The spiritual lineage of First Congregational Church of Akron traces back through the ages to the life and ministry of Jesus. Rooted in the Christian tradition, we are descendants of the Reformation and of the Pilgrims who embarked for North America in search of religious freedom. Like those early Congregationalists, we take to heart the sentiment expressed aboard the Speedwell in 1620 by John Robinson, pastor of the first band to leave Europe: “I am persuaded that the Lord hath more truth and light yet to break forth from His holy word.”
First Church, established in 1833, was Akron’s first formally organized church congregation. At that time in our history, the seventh President of the United States, Andrew Jackson, was in the White House. There were only 24 states in the Union, and Ohio was just 30 years old. It would be almost another 40 years before the first rubber factory opened for business in 1870. These were pre-railroad times; the Ohio and Erie Canal was a mere five years old. Slavery was legal. Some significant milestones:
1834 – State of Ohio recognized petition to incorporate the First Congregational Church. Rev. John Pettit becomes first minister. First building was located on High Street, where the courthouse is currently.
1844 – Having grown out of first building, second building at N. Main Street and Tallmadge Avenue is built.
1868 – 34 S. High Street became the third church building following a devastating fire that leveled the N. Main Street church. An 1881 fire damaged but did not destroy this building, which was restored (though eventually outgrown).
June 1908 – Ground was broken and cornerstone laid for current Bedford limestone building at East Market and Union Streets. The congregation marched from the old church to the new on June 7 to witness the laying of the cornerstone. Plans included today’s distinctive bell and clock tower, 100 feet high and 18 feet square.
March 20, 1910 – First service was held in the still-unfinished building.
Christmas Day, 1910 – First service held in the present Meetinghouse (sanctuary).
1951 – A Casavant Freres pipe organ was installed. Built in Quebec, Canada, it currently contains more than 3,500 individual pipes controlled from a console of four keyboards and a pedalboard.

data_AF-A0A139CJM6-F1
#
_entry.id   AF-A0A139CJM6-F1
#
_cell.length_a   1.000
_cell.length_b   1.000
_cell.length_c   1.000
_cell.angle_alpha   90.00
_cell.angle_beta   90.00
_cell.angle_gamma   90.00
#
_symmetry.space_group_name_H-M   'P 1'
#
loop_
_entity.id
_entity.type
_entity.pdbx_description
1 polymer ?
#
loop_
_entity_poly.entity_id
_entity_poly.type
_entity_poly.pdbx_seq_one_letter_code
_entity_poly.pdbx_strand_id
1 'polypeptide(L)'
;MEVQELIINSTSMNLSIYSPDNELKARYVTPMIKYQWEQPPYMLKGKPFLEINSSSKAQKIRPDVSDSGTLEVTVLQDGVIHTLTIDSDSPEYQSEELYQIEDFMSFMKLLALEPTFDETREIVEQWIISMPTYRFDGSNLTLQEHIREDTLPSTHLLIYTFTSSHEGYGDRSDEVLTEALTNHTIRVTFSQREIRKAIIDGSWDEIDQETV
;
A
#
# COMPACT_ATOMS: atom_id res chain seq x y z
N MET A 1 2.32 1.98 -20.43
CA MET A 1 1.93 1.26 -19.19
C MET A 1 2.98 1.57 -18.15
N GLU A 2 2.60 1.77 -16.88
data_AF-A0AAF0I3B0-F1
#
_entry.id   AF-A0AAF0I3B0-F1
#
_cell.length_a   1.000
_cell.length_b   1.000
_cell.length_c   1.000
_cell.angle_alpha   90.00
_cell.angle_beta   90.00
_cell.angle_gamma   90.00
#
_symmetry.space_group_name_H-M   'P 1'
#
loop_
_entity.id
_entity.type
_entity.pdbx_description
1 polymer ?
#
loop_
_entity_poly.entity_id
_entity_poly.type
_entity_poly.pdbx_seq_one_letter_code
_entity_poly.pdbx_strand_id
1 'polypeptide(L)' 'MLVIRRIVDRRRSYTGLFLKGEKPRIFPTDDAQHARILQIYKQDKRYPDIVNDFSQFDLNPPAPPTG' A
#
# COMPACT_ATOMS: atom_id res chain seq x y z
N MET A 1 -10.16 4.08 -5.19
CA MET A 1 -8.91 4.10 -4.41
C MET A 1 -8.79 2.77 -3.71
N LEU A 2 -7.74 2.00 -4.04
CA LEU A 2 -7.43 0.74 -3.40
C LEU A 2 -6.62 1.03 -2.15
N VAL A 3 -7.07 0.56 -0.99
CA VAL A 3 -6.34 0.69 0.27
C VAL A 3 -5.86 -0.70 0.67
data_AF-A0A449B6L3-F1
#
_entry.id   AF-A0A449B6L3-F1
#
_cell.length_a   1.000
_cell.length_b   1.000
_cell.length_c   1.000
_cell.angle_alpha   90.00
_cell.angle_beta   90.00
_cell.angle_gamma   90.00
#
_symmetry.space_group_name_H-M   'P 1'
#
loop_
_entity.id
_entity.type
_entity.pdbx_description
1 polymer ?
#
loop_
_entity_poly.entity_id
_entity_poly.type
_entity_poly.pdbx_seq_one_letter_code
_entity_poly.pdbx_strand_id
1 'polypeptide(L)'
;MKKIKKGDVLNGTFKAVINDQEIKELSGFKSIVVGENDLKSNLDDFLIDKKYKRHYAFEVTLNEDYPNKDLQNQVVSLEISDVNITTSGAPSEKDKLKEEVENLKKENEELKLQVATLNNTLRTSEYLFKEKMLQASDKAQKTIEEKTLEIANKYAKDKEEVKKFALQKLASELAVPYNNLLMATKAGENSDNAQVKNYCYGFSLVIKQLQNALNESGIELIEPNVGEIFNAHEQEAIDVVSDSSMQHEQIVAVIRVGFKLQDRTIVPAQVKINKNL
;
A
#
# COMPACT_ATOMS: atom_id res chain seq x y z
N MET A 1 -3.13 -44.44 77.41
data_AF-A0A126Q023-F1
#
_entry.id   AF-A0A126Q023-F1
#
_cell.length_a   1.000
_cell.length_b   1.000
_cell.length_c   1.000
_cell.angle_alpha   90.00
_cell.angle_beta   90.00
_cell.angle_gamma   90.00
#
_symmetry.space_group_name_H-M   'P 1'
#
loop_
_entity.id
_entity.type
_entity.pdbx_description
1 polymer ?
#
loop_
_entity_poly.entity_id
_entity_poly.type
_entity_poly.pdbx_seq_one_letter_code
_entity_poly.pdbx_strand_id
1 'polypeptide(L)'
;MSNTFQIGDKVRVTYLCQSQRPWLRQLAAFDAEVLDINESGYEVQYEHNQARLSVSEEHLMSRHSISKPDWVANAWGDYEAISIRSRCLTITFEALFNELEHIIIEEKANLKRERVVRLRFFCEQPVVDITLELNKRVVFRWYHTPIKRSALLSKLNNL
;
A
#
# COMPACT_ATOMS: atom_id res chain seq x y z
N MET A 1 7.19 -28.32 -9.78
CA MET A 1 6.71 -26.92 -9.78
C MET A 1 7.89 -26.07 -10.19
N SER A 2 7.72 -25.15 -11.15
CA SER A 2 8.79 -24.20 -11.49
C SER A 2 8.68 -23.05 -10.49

1958 – A new wing added a chapel, offices, meeting rooms and lounge to the existing church building.
2006 – Major Restoration to the Meetinghouse and Organ Completed:
Exterior and Structural ~ Our roof was completely rebuilt and structural damage to the roof elements, clock tower, chimneys and the foundation was repaired. The new slate roof was installed by the Durable Slate Company, beginning in November 2004 and completed in July 2005. It is a beautiful piece of craftsmanship and should last at least one hundred years with proper maintenance. The most noticeable changes are the restored copper elements such as the massive monitor (skylight) over the Meetinghouse dome, covered for half a century by shingles. New light fixtures will illuminate our parking lots.<
Interior ~ Upon arrival in the Narthex, most will immediately notice the beautiful mosaic porcelain tile that had been covered by layers of carpet and linoleum. The Meetinghouse looks completely different and more closely resembles the original state. The space is dominated by the Casavant Frères organ pipe façade with hand stencils to match the originals. The wall color is a rich ochre similar to the Narthex color. The ceiling is a dramatic change too, with beautiful decorative painting uncovered when the ceiling tiles were removed. Special attention has been given to restoring the original molding and stenciled wainscot borders that encircle the walls on both levels. Air conditioning and heating ducts have been included in the new framework to maintain a comfortable atmosphere throughout the year. New carpet and pew cushions in shades of green match our beautiful windows much better, just as the originals did. Much of the floor is uncovered oak. Improved lighting and sound is less obtrusive to the eye.
Pipe Organ ~ The firm of Casavant Frères in Quebec, Canada restored and refurbished the original 1951 instrument. The refurbished instrument features an entirely new four manual moveable console with solid state coupler and combination action (containing 128 levels of memory), midi interface, transposer, and adjustable music rack. The organ contains 4,039 pipes, including new principals and reeds on the Great division, new mixtures on the Swell and Choir divisions, and new principals and flutes in the Pedal division. New digital stops include harp, celesta and two 32’ pedal stops. In order to enhance the organ’s ability to support congregational singing and maintain better airflow in and out of the pipe chambers, Casavant built a beautiful working façade of stenciled pipes surrounded by decorative plaster and woodwork. The façade and surround replicate elements of the church’s first pipe organ (of 1911) and Meetinghouse (Sanctuary) as shown in historic photos.
We pride ourselves on having a rich history of inspirational spiritual leaders. Our senior ministers have led us to and through missions of social justice, periods of faith discernment, hardships and tribulations, and so much more. We are blessed to have become the congregation we are through the grace of God, a community with abundant love for one another and the talented ministers our Creator has bestowed upon us:
1833: Roswell Brooks
1835: James W. Petitt
1839: James D. Pickands
1843: Isaac Jennings
1847: W. R. Stephens
1849: N.F. Bailey
1856: A. Duncasson
1858: Abram Baldwin
1862: Carlos Smith
1873: Thomas E. Monroe
1901: Howard S. MacAyeal
1921: Lloyd C. Douglas
1927: John M. Phillips
1930: Noble S. Elderkin
1947: Paul S. Kershner
1961: Charles H. Stem
1980: Gabe L. Campbell
1997: Dwight E. Mexcur
2000: Jay Marshall Groat
2015: Nanette P. Pitt